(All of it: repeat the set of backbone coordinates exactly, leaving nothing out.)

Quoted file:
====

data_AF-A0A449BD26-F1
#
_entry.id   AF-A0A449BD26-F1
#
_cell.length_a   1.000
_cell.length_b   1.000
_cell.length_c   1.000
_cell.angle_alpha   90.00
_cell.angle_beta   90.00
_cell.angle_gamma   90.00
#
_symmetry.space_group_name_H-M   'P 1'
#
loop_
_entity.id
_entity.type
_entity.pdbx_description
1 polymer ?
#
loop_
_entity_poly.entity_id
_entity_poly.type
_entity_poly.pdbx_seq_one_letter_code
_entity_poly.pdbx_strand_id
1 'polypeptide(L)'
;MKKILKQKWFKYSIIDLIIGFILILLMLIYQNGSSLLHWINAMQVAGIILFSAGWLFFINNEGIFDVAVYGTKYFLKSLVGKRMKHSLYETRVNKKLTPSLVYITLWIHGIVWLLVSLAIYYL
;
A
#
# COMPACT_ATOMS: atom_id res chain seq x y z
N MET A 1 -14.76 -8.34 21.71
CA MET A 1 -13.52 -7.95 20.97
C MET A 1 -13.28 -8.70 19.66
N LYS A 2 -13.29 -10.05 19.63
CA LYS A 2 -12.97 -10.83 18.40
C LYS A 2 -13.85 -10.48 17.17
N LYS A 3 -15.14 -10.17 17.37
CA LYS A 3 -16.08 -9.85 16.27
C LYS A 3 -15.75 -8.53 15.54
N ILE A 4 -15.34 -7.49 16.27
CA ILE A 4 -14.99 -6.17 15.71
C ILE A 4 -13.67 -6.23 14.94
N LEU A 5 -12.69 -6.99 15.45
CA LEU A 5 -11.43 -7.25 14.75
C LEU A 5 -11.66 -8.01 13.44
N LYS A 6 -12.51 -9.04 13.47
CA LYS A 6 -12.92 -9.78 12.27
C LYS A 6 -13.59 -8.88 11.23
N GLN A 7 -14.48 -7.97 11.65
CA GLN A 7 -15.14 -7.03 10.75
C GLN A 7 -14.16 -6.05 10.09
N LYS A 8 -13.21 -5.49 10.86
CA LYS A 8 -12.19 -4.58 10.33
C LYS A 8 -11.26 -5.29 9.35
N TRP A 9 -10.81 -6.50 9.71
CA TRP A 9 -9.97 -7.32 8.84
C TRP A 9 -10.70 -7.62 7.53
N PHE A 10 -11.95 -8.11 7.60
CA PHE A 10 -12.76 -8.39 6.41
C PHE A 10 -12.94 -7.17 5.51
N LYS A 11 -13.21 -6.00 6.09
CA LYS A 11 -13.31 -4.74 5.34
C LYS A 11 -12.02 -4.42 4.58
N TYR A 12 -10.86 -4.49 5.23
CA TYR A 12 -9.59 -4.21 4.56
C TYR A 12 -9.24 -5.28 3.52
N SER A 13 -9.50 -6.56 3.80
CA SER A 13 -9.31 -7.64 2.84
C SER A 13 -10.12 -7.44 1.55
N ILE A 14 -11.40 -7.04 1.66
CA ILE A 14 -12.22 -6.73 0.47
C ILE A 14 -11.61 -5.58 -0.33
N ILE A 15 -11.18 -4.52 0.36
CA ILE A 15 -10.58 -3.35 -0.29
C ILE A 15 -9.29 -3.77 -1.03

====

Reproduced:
data_AF-A0A449BD26-F1
#
_entry.id   AF-A0A449BD26-F1
#
_cell.length_a   1.000
_cell.length_b   1.000
_cell.length_c   1.000
_cell.angle_alpha   90.00
_cell.angle_beta   90.00
_cell.angle_gamma   90.00
#
_symmetry.space_group_name_H-M   'P 1'
#
loop_
_entity.id
_entity.type
_entity.pdbx_description
1 polymer ?
#
loop_
_entity_poly.entity_id
_entity_poly.type
_entity_poly.pdbx_seq_one_letter_code
_entity_poly.pdbx_strand_id
1 'polypeptide(L)'
;MKKILKQKWFKYSIIDLIIGFILILLMLIYQNGSSLLHWINAMQVAGIILFSAGWLFFINNEGIFDVAVYGTKYFLKSLVGKRMKHSLYETRVNKKLTPSLVYITLWIHGIVWLLVSLAIYYL
;
A
#
# COMPACT_ATOMS: atom_id res chain seq x y z
N MET A 1 -14.76 -8.34 21.71
CA MET A 1 -13.52 -7.95 20.97
C MET A 1 -13.28 -8.70 19.66
N LYS A 2 -13.29 -10.05 19.63
CA LYS A 2 -12.97 -10.83 18.40
C LYS A 2 -13.85 -10.48 17.17
N LYS A 3 -15.14 -10.17 17.37
CA LYS A 3 -16.08 -9.85 16.27
C LYS A 3 -15.75 -8.53 15.54
N ILE A 4 -15.34 -7.49 16.27
CA ILE A 4 -14.99 -6.17 15.71
C ILE A 4 -13.67 -6.23 14.94
N LEU A 5 -12.69 -6.99 15.45
CA LEU A 5 -11.43 -7.25 14.75
C LEU A 5 -11.66 -8.01 13.44
N LYS A 6 -12.51 -9.04 13.47
CA LYS A 6 -12.92 -9.78 12.27
C LYS A 6 -13.59 -8.88 11.23
N GLN A 7 -14.48 -7.97 11.65
CA GLN A 7 -15.14 -7.03 10.75
C GLN A 7 -14.16 -6.05 10.09
N LYS A 8 -13.21 -5.49 10.86
CA LYS A 8 -12.19 -4.58 10.33
C LYS A 8 -11.26 -5.29 9.35
N TRP A 9 -10.81 -6.50 9.71
CA TRP A 9 -9.97 -7.32 8.84
C TRP A 9 -10.70 -7.62 7.53
N PHE A 10 -11.95 -8.11 7.60
CA PHE A 10 -12.76 -8.39 6.41
C PHE A 10 -12.94 -7.17 5.51
N LYS A 11 -13.21 -6.00 6.09
CA LYS A 11 -13.31 -4.74 5.34
C LYS A 11 -12.02 -4.42 4.58
N TYR A 12 -10.86 -4.49 5.23
CA TYR A 12 -9.59 -4.21 4.56
C TYR A 12 -9.24 -5.28 3.52
N SER A 13 -9.50 -6.56 3.80
CA SER A 13 -9.31 -7.64 2.84
C SER A 13 -10.12 -7.44 1.55
N ILE A 14 -11.40 -7.04 1.66
CA ILE A 14 -12.22 -6.73 0.47
C ILE A 14 -11.61 -5.58 -0.33
N ILE A 15 -11.18 -4.52 0.36
CA ILE A 15 -10.58 -3.35 -0.29
C ILE A 15 -9.29 -3.77 -1.03